To justify its race-based laws, the ANC continually asserts that racism is South Africa’s core problem – and that any failure to accept this analysis and join in the ruling party’s ‘struggle’ against racism is racist in itself. This stance has made it deeply intolerant of people who take a different view: even when those people comprise a majority of black South Africans.

This reality came sharply to the fore in 2001, when the IRR first commissioned a representative opinion poll on issues relevant to race. In the first question put to respondents, people were asked to identify what they saw as the two most serious problems still unresolved since 1994. No prompting was provided and people could choose any issue that came to mind. 

In response, roughly 58% of black interviewees identified unemployment as such a problem, while 38% highlighted crime and violence. By contrast, only 5% flagged racism as a key unresolved issue. 

Essop Pahad, minister in the presidency in the first Thabo Mbeki administration, was indignant. He dismissed the IRR’s findings as ‘foolish’ and claimed that racism was the cause of unemployment. But it is simplistic and absurd to blame racism for pressing socio-economic problems that clearly have other causes.

The crisis of youth unemployment 

The current jobless rate among youths aged 15 to 24 stands at a staggering 75% on the expanded definition that includes those not actively seeking work. Among young people aged 15 to 34, more than half (51%) are unemployed. The 6.8 million young people unable to find jobs make up some 60% of the 11.4 million South Africans now unemployed and destitute. 

This crisis has very little to do with racism, especially after 27 years of ANC (mis)rule. Instead, it stems largely from bad governance, worse policies, and the persistent failures of the education system.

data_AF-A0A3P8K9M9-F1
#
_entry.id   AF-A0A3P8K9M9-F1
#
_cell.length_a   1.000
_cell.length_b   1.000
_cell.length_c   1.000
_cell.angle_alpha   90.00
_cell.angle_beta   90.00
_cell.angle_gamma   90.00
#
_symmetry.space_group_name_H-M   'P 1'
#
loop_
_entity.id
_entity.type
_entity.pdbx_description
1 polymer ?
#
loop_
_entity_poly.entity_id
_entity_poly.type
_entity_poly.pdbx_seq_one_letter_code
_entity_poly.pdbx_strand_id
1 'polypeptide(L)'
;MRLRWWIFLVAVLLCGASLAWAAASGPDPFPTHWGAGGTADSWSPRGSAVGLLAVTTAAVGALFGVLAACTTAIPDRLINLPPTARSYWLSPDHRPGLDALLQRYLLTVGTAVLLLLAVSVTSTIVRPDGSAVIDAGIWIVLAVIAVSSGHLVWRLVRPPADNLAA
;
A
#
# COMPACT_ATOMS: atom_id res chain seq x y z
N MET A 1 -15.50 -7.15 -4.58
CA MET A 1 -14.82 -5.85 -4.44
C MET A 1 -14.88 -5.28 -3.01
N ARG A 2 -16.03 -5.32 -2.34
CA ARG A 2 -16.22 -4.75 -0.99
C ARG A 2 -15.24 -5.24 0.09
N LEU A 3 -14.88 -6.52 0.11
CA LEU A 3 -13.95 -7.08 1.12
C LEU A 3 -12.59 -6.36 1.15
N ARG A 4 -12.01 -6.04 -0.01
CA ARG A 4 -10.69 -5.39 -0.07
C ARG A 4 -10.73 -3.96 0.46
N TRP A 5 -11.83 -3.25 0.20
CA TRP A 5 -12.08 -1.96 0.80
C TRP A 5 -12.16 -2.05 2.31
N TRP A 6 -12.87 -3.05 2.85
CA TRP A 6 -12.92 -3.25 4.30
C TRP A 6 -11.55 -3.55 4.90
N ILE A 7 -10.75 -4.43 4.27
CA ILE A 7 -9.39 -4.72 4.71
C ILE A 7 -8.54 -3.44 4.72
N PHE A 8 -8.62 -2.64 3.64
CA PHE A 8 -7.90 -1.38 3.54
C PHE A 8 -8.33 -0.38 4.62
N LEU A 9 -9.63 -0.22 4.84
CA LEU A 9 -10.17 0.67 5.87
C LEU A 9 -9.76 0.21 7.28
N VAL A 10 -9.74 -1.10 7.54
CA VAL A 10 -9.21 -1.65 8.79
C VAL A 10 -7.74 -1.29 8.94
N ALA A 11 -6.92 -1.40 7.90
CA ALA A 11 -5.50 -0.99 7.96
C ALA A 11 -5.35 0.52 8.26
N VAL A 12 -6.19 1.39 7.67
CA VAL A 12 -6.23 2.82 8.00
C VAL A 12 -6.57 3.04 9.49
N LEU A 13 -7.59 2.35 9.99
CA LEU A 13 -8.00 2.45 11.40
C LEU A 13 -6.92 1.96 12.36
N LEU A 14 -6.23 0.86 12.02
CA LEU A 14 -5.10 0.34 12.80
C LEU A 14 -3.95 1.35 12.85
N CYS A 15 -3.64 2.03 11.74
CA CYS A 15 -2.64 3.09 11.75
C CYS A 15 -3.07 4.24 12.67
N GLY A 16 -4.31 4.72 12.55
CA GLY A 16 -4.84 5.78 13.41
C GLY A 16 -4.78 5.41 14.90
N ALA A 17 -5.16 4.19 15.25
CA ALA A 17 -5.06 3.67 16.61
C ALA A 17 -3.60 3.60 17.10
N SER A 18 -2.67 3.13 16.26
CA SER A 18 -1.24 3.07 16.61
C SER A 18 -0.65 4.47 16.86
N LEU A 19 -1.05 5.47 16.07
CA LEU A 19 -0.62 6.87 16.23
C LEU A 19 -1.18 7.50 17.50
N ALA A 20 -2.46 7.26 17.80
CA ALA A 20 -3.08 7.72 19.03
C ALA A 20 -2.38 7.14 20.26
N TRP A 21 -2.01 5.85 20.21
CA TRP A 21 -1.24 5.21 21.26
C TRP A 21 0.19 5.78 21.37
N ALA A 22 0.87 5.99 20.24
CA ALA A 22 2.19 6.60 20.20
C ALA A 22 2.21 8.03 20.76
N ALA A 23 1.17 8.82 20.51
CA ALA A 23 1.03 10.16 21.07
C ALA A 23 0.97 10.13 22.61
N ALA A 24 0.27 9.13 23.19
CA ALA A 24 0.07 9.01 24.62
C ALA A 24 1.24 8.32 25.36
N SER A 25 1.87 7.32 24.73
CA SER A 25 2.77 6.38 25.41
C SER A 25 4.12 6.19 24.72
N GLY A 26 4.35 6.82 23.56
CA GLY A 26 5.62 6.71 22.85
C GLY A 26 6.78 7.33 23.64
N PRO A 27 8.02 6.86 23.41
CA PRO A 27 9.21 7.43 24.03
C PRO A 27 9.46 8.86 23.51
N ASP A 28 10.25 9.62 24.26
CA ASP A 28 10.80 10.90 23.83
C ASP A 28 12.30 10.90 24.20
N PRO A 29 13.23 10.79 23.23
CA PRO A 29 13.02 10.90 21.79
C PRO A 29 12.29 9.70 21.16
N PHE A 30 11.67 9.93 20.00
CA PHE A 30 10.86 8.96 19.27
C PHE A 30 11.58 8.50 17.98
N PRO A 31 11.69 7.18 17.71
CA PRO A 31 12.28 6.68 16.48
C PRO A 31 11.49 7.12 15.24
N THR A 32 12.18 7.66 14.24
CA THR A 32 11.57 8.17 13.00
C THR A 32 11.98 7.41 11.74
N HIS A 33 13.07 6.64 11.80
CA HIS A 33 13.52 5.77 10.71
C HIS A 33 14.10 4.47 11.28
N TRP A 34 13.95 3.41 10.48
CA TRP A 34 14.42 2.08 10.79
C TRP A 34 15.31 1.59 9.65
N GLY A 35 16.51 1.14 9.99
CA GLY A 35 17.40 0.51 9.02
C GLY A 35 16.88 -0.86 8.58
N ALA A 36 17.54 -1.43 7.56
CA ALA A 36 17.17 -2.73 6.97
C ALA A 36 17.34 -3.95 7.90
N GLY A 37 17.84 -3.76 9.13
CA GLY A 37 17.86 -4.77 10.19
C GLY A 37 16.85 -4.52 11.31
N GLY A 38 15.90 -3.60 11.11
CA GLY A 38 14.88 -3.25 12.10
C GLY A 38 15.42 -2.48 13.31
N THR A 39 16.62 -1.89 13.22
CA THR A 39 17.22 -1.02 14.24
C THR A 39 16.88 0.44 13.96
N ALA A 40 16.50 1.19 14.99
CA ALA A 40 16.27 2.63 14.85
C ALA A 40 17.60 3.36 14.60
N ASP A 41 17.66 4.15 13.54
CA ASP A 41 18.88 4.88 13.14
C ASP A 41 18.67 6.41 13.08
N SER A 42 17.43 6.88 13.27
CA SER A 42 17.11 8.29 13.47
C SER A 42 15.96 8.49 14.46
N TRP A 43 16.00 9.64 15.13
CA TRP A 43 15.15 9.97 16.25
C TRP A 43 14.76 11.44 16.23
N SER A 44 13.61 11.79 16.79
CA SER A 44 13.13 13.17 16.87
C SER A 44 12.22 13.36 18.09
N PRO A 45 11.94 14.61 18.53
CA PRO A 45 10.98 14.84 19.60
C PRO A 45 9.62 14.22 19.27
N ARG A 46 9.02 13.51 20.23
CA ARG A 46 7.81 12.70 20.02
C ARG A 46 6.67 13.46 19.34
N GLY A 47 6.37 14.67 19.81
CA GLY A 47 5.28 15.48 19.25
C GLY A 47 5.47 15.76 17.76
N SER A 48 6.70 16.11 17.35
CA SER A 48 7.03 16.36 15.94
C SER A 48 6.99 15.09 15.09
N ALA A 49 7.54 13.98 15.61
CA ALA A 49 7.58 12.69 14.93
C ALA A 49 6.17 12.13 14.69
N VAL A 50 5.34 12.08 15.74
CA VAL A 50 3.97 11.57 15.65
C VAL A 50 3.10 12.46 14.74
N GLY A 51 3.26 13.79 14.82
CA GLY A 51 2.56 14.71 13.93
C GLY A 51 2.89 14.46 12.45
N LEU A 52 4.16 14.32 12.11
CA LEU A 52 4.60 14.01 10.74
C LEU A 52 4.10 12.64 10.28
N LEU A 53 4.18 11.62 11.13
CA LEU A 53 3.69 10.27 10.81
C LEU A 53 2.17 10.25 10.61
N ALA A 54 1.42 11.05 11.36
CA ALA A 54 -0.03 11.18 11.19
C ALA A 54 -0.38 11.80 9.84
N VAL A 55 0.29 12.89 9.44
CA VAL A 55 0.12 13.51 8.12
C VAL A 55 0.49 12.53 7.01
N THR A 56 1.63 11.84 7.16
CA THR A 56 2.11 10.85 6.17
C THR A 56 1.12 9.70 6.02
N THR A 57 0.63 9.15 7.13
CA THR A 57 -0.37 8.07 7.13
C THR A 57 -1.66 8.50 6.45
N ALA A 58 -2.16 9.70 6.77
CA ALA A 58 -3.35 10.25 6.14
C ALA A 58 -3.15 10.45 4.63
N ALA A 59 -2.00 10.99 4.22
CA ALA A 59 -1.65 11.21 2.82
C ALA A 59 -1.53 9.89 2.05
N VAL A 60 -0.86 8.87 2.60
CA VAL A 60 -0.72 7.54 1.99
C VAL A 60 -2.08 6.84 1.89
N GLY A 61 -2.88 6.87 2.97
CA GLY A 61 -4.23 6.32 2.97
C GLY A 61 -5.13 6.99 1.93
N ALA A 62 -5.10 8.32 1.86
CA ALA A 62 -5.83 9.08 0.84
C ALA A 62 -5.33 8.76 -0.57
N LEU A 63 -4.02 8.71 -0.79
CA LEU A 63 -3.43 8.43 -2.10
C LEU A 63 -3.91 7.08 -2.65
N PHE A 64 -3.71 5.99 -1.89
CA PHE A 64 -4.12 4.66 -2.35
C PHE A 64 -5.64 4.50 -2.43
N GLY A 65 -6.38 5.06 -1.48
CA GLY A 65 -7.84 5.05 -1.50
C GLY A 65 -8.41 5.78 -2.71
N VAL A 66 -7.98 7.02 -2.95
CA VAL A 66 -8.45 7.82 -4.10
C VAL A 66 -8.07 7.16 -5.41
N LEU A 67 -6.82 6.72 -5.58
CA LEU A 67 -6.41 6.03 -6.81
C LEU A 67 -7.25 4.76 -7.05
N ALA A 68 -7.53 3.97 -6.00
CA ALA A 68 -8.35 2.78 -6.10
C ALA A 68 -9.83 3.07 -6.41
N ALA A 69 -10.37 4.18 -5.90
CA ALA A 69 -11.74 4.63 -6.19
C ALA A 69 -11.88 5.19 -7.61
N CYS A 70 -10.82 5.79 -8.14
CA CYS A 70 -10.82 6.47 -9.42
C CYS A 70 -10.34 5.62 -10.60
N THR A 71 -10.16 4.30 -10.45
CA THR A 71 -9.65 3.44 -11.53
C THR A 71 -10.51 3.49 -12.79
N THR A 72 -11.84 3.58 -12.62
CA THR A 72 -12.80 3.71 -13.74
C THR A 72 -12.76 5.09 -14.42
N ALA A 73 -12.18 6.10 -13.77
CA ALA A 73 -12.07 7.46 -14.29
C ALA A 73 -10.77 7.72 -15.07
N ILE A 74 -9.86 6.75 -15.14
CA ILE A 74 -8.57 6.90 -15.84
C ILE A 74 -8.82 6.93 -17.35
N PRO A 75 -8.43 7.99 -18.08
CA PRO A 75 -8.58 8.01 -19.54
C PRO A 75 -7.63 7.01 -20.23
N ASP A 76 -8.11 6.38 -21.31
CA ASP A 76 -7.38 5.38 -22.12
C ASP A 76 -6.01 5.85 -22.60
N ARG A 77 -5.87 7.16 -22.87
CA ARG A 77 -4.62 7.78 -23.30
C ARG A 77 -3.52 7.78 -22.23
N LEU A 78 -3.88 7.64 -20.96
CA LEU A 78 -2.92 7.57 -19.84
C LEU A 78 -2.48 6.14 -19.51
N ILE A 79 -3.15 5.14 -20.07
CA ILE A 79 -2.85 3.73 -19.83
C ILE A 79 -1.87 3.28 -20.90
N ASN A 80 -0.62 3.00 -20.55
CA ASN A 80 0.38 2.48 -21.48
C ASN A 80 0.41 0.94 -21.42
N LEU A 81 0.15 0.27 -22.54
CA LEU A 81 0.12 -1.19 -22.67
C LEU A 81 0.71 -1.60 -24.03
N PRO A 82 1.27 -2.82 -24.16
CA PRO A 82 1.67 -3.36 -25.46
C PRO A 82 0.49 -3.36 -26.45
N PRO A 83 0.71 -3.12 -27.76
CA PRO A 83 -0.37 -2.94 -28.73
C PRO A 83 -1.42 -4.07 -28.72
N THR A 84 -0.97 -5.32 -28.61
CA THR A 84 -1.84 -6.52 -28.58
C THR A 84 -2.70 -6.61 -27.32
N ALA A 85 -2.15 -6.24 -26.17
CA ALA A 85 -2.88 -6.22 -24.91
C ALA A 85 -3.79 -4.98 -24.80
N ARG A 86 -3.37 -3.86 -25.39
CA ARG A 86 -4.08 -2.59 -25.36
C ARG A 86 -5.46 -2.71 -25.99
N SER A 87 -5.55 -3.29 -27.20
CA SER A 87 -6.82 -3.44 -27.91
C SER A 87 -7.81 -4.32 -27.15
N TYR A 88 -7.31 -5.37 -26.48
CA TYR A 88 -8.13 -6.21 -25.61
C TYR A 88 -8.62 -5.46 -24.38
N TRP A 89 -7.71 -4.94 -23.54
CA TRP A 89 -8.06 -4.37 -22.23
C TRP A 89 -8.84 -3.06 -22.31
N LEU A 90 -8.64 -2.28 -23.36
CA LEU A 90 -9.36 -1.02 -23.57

South Africa spends more than 6% of GDP on education – more than many other countries can afford – but gets little bang for its extensive buck. Instead, fewer than 40% of the pupils who start school in Grade 1 manage to pass their matric exams, while only 14% do so with marks good enough to go to university. A mere 4% get marks of 50% or more for matric maths.  

The more than 60% of youngsters who leave school without even a matric are often functionally illiterate and innumerate. They then confront an economy made largely ‘uninvestable’ by persistent nationalisation threats – and further bedevilled by destructive loadshedding, deteriorating infrastructure, disintegrating local administration, and escalating corruption. 

On top of all these barriers to growth comes coercive labour legislation. These laws are particularly destructive to unemployed youth because they push starting salaries up to levels exceeding their productivity – and so price them right out of the labour market.   

These obstacles to upward mobility have nothing to do with racism. Most are instead the product of the ANC’s National Democratic Revolution (NDR), under which the ruling party plans to weaken the capitalist economy so severely that it can in time be pushed towards socialism and then communism.